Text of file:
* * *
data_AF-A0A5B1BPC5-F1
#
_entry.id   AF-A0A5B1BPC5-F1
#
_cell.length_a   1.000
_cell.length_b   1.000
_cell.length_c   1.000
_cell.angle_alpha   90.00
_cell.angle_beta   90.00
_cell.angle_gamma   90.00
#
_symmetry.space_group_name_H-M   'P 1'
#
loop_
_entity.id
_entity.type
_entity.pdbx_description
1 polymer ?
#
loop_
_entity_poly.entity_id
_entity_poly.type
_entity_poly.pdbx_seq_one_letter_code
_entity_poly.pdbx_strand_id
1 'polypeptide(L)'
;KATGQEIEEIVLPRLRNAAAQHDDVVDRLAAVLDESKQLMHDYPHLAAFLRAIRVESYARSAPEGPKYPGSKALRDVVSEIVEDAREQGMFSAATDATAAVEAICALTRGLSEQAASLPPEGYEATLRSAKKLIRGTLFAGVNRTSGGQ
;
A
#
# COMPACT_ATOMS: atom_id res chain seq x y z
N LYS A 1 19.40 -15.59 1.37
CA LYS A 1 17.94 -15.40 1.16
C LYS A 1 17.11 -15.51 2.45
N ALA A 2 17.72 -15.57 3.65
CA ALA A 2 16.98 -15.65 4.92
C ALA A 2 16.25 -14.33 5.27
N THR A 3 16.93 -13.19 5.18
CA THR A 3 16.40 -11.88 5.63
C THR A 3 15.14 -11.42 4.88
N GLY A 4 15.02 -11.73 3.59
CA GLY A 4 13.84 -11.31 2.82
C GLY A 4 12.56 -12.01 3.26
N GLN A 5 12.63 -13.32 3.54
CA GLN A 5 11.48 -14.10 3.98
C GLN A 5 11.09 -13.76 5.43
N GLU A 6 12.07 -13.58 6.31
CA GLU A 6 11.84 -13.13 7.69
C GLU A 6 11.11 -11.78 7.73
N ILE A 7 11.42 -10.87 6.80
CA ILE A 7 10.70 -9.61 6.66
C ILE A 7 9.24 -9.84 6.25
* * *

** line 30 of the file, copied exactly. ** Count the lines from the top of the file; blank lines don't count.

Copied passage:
# COMPACT_ATOMS: atom_id res chain seq x y z